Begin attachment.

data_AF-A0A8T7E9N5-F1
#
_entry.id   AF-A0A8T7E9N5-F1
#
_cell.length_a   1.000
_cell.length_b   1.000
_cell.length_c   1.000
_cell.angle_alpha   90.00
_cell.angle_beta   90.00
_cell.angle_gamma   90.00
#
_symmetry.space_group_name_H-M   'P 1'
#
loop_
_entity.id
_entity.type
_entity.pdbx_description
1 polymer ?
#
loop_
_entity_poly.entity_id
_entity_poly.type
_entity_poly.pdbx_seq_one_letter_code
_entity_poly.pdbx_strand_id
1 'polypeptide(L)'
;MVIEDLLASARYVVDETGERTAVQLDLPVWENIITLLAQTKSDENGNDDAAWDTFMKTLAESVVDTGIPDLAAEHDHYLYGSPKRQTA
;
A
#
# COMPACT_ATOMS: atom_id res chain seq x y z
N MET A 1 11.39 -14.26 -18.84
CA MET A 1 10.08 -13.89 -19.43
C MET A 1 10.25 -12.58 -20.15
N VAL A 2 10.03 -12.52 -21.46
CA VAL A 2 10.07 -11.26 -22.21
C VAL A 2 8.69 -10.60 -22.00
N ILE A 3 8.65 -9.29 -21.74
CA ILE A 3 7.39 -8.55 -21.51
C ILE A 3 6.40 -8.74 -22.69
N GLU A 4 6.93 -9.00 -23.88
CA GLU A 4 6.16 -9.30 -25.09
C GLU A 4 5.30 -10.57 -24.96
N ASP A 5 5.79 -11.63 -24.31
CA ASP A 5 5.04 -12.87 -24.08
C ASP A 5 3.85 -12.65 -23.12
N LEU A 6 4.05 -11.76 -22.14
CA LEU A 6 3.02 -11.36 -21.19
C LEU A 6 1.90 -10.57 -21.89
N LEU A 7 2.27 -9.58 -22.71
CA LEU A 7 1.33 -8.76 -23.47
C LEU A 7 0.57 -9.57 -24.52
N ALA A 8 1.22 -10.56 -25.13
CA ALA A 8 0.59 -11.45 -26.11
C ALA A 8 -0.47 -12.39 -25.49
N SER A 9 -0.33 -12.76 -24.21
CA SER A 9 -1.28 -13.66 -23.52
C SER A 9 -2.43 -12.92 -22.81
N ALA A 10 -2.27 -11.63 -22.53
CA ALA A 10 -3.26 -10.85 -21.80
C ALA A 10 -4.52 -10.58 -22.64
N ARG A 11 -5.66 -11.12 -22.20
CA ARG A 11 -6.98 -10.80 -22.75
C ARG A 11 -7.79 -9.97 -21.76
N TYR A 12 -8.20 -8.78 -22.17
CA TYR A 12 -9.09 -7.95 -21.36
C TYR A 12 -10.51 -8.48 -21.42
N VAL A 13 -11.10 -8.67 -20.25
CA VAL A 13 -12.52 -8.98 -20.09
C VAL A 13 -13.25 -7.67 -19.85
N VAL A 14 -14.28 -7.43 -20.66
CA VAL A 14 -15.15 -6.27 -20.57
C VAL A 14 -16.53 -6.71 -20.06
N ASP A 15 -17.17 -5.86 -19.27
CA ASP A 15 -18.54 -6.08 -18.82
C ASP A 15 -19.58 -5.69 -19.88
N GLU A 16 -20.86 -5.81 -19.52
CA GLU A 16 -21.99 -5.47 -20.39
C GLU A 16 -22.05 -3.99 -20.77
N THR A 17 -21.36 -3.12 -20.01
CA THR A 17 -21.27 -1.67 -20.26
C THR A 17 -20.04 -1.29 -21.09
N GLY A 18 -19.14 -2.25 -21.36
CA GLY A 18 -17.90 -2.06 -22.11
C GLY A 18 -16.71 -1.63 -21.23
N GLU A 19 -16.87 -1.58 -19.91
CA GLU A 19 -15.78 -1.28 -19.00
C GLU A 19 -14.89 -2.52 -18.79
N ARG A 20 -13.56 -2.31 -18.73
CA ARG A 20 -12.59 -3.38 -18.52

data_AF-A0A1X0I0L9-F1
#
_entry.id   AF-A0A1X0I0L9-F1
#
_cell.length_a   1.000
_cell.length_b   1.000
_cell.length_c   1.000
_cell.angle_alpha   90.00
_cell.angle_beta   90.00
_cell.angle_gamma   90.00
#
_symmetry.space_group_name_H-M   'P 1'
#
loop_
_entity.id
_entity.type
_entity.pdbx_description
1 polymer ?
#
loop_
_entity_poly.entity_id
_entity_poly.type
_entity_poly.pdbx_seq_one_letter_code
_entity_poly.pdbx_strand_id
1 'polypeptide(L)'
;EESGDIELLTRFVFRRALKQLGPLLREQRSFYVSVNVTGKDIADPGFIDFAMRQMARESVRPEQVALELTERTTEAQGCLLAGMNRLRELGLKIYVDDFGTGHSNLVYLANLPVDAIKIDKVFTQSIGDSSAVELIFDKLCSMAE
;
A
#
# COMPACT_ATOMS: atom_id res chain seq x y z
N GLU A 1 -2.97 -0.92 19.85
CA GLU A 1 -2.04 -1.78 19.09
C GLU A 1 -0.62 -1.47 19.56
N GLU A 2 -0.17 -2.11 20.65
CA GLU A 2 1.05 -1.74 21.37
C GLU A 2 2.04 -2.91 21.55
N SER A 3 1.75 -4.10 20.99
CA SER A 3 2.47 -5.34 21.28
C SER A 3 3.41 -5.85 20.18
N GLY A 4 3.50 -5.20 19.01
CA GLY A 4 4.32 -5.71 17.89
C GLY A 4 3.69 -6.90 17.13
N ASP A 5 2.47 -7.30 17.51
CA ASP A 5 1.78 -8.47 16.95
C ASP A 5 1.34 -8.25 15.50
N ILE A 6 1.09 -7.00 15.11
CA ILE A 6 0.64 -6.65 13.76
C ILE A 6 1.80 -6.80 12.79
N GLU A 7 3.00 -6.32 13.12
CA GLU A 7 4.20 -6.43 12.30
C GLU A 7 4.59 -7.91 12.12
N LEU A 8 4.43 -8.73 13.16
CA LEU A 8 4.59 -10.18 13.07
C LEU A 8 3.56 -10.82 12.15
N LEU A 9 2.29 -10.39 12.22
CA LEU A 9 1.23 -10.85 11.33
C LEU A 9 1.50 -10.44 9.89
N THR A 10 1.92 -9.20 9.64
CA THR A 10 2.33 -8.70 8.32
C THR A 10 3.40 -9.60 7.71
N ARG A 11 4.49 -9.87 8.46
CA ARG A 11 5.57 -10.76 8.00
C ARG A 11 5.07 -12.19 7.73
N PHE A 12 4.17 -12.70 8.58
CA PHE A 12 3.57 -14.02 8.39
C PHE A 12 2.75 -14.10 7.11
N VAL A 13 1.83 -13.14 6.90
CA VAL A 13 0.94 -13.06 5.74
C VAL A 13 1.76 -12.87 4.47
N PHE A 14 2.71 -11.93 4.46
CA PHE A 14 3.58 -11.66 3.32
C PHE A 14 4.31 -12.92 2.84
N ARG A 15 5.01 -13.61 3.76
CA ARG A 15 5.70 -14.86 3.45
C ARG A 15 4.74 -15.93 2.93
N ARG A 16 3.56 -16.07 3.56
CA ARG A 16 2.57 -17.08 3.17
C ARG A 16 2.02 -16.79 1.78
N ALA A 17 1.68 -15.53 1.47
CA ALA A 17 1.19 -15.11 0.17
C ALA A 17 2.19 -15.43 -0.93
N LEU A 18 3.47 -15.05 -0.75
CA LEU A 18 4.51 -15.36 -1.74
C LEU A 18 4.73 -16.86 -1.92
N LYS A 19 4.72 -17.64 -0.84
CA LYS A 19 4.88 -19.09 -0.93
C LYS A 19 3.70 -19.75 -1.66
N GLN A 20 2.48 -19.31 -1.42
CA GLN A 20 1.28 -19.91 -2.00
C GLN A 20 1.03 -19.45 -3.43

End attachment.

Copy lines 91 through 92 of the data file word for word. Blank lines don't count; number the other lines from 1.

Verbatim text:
#
_entry.id   AF-A0A1X0I0L9-F1